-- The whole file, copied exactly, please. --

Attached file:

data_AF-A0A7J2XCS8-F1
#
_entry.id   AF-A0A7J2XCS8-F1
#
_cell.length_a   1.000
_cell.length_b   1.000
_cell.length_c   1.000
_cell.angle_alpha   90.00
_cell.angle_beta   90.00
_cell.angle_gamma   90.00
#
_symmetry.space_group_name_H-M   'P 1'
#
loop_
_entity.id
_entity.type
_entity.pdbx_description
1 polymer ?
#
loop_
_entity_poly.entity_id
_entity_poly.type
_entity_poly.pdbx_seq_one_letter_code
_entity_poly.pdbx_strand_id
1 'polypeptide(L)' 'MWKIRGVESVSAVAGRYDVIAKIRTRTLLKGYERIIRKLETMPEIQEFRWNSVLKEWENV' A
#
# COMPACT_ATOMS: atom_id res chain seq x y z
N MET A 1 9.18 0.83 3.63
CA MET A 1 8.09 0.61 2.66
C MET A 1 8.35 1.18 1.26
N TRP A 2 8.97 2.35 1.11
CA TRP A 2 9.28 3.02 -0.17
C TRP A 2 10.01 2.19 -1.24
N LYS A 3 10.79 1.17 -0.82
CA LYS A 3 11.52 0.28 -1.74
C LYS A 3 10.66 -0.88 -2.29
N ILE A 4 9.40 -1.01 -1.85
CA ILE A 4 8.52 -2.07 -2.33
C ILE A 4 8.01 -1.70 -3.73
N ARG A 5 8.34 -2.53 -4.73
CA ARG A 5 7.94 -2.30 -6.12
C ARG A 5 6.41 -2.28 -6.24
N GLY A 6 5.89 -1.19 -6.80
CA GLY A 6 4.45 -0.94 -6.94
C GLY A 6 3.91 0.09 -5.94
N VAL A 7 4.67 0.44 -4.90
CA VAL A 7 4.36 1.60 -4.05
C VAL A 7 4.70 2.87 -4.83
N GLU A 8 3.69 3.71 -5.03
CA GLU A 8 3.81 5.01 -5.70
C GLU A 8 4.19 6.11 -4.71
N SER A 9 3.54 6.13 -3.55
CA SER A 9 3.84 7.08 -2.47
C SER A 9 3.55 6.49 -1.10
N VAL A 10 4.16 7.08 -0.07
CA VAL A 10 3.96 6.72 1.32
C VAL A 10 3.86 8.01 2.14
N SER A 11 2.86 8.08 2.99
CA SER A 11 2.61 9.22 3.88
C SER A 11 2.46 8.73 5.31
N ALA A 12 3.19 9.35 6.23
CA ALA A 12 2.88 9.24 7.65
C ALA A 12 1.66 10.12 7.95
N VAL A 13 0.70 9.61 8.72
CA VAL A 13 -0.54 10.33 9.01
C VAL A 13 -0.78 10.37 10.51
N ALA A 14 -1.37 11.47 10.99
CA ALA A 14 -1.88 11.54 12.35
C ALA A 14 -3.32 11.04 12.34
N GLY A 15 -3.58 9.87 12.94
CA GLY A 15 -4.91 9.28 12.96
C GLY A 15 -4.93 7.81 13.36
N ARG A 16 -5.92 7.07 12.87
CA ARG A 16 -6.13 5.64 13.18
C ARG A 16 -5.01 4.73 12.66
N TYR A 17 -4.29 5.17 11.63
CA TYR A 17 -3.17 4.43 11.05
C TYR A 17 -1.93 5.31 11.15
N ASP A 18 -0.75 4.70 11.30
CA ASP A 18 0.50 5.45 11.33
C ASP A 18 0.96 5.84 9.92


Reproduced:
data_AF-A0A7J2XCS8-F1
#
_entry.id   AF-A0A7J2XCS8-F1
#
_cell.length_a   1.000
_cell.length_b   1.000
_cell.length_c   1.000
_cell.angle_alpha   90.00
_cell.angle_beta   90.00
_cell.angle_gamma   90.00
#
_symmetry.space_group_name_H-M   'P 1'
#
loop_
_entity.id
_entity.type
_entity.pdbx_description
1 polymer ?
#
loop_
_entity_poly.entity_id
_entity_poly.type
_entity_poly.pdbx_seq_one_letter_code
_entity_poly.pdbx_strand_id
1 'polypeptide(L)' 'MWKIRGVESVSAVAGRYDVIAKIRTRTLLKGYERIIRKLETMPEIQEFRWNSVLKEWENV' A
#
# COMPACT_ATOMS: atom_id res chain seq x y z
N MET A 1 9.18 0.83 3.63
CA MET A 1 8.09 0.61 2.66
C MET A 1 8.35 1.18 1.26
N TRP A 2 8.97 2.35 1.11
CA TRP A 2 9.28 3.02 -0.17
C TRP A 2 10.01 2.19 -1.24
N LYS A 3 10.79 1.17 -0.82
CA LYS A 3 11.52 0.28 -1.74
C LYS A 3 10.66 -0.88 -2.29
N ILE A 4 9.40 -1.01 -1.85
CA ILE A 4 8.52 -2.07 -2.33
C ILE A 4 8.01 -1.70 -3.73
N ARG A 5 8.34 -2.53 -4.73
CA ARG A 5 7.94 -2.30 -6.12
C ARG A 5 6.41 -2.28 -6.24
N GLY A 6 5.89 -1.19 -6.80
CA GLY A 6 4.45 -0.94 -6.94
C GLY A 6 3.91 0.09 -5.94
N VAL A 7 4.67 0.44 -4.90
CA VAL A 7 4.36 1.60 -4.05
C VAL A 7 4.70 2.87 -4.83
N GLU A 8 3.69 3.71 -5.03
CA GLU A 8 3.81 5.01 -5.70
C GLU A 8 4.19 6.11 -4.71
N SER A 9 3.54 6.13 -3.55
CA SER A 9 3.84 7.08 -2.47
C SER A 9 3.55 6.49 -1.10
N VAL A 10 4.16 7.08 -0.07
CA VAL A 10 3.96 6.72 1.32
C VAL A 10 3.86 8.01 2.14
N SER A 11 2.86 8.08 2.99
CA SER A 11 2.61 9.22 3.88
C SER A 11 2.46 8.73 5.31
N ALA A 12 3.19 9.35 6.23
CA ALA A 12 2.88 9.24 7.65
C ALA A 12 1.66 10.12 7.95
N VAL A 13 0.70 9.61 8.72
CA VAL A 13 -0.54 10.33 9.01
C VAL A 13 -0.78 10.37 10.51
N ALA A 14 -1.37 11.47 10.99
CA ALA A 14 -1.88 11.54 12.35
C ALA A 14 -3.32 11.04 12.34
N GLY A 15 -3.58 9.87 12.94
CA GLY A 15 -4.91 9.28 12.96
C GLY A 15 -4.93 7.81 13.36
N ARG A 16 -5.92 7.07 12.87
CA ARG A 16 -6.13 5.64 13.18
C ARG A 16 -5.01 4.73 12.66
N TYR A 17 -4.29 5.17 11.63
CA TYR A 17 -3.17 4.43 11.05
C TYR A 17 -1.93 5.31 11.15
N ASP A 18 -0.75 4.70 11.30
CA ASP A 18 0.50 5.45 11.33
C ASP A 18 0.96 5.84 9.92